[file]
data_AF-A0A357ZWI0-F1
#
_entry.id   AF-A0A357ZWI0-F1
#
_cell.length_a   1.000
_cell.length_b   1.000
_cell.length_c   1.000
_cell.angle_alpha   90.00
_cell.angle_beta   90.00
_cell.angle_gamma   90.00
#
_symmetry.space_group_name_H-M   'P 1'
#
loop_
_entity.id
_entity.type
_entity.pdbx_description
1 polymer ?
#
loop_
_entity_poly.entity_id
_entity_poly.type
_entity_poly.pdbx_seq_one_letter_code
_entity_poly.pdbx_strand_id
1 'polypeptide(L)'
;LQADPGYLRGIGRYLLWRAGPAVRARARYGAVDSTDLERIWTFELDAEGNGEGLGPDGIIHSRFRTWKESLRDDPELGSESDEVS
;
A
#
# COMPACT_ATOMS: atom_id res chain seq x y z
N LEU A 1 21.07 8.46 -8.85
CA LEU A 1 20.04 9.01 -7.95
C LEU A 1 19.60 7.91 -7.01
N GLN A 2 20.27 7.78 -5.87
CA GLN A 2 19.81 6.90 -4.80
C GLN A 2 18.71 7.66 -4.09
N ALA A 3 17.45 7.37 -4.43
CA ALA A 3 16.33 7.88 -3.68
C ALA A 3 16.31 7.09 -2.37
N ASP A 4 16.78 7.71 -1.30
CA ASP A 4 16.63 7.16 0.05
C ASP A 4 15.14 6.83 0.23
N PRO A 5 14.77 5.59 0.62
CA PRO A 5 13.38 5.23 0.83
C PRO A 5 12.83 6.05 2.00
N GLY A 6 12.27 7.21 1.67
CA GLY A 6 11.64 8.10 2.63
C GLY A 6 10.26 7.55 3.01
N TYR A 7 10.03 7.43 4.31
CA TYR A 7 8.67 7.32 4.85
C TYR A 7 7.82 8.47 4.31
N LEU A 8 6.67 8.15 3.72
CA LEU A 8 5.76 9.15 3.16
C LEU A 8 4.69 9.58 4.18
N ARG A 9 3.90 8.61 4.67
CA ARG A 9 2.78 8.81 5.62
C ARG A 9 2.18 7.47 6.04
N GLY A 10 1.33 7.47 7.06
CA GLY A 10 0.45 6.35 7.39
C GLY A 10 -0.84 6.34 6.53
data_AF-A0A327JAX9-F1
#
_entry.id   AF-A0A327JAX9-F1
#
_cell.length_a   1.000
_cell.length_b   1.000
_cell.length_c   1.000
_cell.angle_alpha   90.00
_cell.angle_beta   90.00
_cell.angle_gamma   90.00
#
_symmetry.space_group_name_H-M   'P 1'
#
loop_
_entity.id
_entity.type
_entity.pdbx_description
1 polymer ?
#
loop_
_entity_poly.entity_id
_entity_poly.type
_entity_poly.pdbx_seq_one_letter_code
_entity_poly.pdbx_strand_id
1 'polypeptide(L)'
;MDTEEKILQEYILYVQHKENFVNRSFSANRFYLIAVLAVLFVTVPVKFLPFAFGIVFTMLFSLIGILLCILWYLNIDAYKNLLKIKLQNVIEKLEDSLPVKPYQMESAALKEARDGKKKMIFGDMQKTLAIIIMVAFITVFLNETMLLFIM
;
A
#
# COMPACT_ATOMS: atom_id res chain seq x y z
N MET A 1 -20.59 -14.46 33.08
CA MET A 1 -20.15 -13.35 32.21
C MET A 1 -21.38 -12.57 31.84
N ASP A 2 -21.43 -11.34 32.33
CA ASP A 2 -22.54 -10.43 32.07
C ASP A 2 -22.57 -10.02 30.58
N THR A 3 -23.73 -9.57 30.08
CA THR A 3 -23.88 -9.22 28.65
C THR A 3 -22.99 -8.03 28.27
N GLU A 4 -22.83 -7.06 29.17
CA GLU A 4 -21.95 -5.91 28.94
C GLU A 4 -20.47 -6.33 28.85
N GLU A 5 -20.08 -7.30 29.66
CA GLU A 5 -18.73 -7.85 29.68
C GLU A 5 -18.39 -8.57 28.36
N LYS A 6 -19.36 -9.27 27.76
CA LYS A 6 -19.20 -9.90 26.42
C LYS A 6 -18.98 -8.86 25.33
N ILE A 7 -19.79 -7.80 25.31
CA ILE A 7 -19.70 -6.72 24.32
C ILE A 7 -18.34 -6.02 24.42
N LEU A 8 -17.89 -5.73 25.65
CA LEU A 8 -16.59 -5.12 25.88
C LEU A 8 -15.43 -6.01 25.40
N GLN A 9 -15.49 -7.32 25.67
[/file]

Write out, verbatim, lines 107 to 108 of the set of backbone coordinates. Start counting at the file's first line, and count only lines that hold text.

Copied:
CA LYS A 6 -19.20 -9.90 26.42
C LYS A 6 -18.98 -8.86 25.33